Author(s): Forster R, Bode G, Ellegaard L, van der Laan JW
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Abstract The objective of the RETHINK project was to evaluate the potential impact of toxicity testing in the minipig as an alternative approach in regulatory toxicity testing that can contribute to the replacement, refinement and reduction of animal testing (3Rs). Expert study groups (Working Groups) were assembled to review five different areas relating to the use of minipigs in regulatory safety testing: ethical issues, welfare and animal care, development of new medicines and chemicals, safety testing issues and emerging technologies in safety testing. The conclusions and recommendations of the projects are presented in this article. It is concluded that there are no specific areas where restrictions to the use of minipigs in toxicology are required for welfare reasons. The minipig model is generally acceptable to regulatory authorities, provided it is adequately justified. The minipig is an interesting model for safety testing since there are numerous anatomical, physiological, genetic and biochemical similarities to humans. In addition many features of the minipig make it a practical and flexible model for safety testing. The use of the minipig in development of products does not bring any financial penalty in terms of the cost of testing. Benefits in terms of 3Rs can be identified in terms of life-cycle analysis of the use of minipigs compared to dogs and non-human primates. Finally the minipig (unlike the dog) is well positioned to take advantage of genomics and gene manipulation technologies. Specific recommendations for further research are made, which could bring 3Rs benefits. To deploy the minipig to the best advantage, clear information is needed about the predictivity of the minipig for human toxicities, and focussed action to define the potential role of the minipig in testing of biologics. Copyright © 2010 Elsevier Inc. All rights reserved.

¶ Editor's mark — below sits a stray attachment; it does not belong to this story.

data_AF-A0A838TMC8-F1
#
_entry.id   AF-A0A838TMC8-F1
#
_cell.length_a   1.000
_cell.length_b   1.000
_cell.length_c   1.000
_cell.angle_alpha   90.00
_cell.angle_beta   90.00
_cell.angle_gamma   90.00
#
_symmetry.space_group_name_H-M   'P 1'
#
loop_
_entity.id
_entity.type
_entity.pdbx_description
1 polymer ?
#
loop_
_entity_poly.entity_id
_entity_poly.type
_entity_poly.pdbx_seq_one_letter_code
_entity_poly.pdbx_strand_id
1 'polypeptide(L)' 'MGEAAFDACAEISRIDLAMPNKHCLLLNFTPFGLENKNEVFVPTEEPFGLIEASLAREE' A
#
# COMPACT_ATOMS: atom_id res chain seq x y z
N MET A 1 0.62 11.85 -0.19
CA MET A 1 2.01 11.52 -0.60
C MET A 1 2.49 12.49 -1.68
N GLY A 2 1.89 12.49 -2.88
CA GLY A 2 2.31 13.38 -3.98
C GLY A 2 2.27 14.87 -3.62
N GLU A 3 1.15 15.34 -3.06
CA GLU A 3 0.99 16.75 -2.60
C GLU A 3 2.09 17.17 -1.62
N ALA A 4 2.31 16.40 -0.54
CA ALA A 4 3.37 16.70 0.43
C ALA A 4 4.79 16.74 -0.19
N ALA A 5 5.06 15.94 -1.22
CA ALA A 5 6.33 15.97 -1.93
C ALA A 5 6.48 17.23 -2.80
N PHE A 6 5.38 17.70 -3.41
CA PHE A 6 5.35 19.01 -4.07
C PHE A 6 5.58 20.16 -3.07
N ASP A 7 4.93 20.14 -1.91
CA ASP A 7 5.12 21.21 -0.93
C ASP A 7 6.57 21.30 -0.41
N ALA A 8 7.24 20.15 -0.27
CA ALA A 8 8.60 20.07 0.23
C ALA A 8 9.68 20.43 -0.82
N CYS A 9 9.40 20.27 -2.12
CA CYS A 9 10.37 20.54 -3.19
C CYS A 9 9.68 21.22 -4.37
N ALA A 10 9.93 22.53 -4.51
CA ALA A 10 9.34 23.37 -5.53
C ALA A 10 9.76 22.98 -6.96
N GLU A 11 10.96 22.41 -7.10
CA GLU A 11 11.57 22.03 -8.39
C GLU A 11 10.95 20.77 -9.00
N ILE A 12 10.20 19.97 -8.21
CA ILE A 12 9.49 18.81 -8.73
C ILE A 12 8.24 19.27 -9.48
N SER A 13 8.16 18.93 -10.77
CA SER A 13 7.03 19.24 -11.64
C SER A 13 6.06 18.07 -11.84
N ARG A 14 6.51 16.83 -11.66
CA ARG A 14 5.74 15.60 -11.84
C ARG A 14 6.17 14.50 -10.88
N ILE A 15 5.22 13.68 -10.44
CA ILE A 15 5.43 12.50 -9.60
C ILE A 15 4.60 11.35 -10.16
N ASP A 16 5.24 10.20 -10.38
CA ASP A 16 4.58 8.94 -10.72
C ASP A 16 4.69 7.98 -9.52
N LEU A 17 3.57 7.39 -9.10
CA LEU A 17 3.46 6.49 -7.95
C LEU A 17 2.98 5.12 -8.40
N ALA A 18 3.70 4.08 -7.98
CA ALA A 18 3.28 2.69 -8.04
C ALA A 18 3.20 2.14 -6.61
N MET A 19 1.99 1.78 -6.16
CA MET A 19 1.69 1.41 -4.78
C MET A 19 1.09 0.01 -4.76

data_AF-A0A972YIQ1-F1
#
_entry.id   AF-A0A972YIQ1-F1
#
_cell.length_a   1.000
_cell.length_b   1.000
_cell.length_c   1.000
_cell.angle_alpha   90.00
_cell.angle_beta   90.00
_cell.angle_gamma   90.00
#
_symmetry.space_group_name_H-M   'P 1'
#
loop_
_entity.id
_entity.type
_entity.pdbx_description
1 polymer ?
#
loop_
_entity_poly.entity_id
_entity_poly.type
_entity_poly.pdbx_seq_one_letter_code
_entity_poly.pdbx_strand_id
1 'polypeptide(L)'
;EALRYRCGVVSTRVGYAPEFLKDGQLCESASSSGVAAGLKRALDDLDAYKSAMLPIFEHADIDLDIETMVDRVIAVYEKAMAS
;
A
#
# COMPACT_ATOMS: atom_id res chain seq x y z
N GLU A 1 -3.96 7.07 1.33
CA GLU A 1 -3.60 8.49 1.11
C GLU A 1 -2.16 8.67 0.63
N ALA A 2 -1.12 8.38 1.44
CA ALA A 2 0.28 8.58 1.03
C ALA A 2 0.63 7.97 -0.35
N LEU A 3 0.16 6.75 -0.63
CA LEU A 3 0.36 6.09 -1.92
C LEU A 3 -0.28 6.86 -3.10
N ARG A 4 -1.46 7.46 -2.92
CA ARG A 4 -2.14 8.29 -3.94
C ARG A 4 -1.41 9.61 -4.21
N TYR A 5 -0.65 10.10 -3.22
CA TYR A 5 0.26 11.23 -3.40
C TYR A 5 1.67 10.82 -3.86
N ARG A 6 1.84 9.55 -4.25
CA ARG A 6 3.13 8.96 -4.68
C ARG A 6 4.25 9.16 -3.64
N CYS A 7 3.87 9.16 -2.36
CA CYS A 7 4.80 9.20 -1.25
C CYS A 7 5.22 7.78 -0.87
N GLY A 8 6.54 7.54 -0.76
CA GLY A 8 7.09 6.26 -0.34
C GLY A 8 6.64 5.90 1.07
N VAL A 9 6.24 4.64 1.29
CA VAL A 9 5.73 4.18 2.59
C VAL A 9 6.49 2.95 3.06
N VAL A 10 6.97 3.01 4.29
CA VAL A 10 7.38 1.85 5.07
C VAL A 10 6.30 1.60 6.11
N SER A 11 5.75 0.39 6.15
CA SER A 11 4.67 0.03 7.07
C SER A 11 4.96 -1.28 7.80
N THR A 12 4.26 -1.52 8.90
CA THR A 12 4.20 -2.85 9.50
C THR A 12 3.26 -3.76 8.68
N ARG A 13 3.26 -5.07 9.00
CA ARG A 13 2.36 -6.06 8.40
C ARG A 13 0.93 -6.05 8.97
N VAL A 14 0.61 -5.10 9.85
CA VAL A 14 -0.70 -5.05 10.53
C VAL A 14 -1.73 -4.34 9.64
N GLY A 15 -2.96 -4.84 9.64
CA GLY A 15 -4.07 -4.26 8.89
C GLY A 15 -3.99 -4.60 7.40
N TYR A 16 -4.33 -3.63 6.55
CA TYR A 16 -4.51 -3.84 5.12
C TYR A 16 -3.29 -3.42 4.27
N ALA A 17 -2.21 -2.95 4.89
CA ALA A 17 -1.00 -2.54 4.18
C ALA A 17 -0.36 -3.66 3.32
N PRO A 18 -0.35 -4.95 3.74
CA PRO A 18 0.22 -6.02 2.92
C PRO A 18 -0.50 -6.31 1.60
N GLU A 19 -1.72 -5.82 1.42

This article was published in J Pharmacol Toxicol Methods
and referenced in Journal of Clinical & Experimental Pharmacology